They understand that their role is to be a friend. Our mentees already have caring teachers and parental figures in their lives. Effective mentors add the simple but powerful element of someone who freely chooses to be part of a child’s life, someone who likes and respects him/her, and believes in his/her potential.
They listen—really listen. They actively try to get their mentee to talk about what is important to him/her; they remember what their mentees have said or shared, and follow up with interest.
They keep their promises. They make a commitment to their mentee and show the child that they think their time together is valuable and important.
They understand that this relationship can often look and feel one-sided. Sometimes it may feel like you are making all of the plans and all of the calls. That’s okay. Consistently initiating contact and making plans will help develop trust and show your mentee that you care about him/her.
They involve their mentees in deciding what to do with their time together. These mentors take time to see what kinds of things their mentees like to do. Again, it makes the mentee feel like you really care about him/her.
They keep in contact with their Case Manager. Successful mentors recognize that sometimes they don’t have all of the answers. Your Case Manager will help you understand what is happening in your relationship so that you can prevent problems from developing down the road.
Successful mentors also:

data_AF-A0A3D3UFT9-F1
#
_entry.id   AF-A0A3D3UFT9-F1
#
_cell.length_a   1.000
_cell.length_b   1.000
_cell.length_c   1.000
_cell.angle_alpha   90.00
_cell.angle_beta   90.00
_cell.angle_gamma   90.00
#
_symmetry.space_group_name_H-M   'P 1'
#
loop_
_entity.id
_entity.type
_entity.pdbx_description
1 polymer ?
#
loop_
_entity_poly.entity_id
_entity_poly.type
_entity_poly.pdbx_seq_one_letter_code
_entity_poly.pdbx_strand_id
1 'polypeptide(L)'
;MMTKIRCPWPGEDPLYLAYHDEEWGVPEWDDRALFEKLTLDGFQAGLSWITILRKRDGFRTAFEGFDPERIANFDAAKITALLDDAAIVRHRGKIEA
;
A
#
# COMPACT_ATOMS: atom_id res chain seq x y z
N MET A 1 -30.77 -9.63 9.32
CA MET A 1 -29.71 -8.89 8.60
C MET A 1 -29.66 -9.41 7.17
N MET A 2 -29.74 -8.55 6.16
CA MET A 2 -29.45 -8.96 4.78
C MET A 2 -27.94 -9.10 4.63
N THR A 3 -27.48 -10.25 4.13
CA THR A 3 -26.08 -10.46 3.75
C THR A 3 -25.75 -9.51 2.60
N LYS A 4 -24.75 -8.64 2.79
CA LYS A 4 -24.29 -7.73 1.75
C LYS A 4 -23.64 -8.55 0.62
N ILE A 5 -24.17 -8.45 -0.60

Accept their mentee or their mentee’s family as they are. It’s not about changing what is already there, but about impacting their lives in a positive way.
Don’t become frustrated when their mentee doesn’t call.
They stick to their schedules. Missed and cancelled outings are disappointing, so they make sure their meetings are consistent.
They put friendships first. Improved grades, attitudes and behaviors will come with time.
Learn from each other.
Sometimes mentees may come from living situations, family backgrounds, religions and cultures different from that of their mentors’. Take turns learning about each other’s family and/or cultural traditions, and learn about your mentee’s life, environment, and perspective on the world from the start. Remember: as a friend, you add to your mentee’s values—you don’t change the ones he or she has.
Some mentees have experienced trauma or loss in their lives. Young people (and adults, too!) don’t always have the words to express how they feel, or even know why they feel the way they do. Understand that your mentee may not see the world the same way, or be as carefree, as other children you know. Sometimes kids do or say the opposite of what they really mean because they’re confused or scared of getting hurt. Your Case Manager is there to help with situations like this, and to give sound advice on what you’re experiencing.
Keep an open mind. You may not agree with the choices your mentee or her/his family is making, but your role is to listen and be a friend. By example, your mentee will learn that there are many positive ways to approach situations, and make choices in life.
Children are strongly affected by the behavior and values of the people they admire and look up to. By example as a responsible caring mentor, you add choices to your mentee’s future, and make a positive impact in his or her life.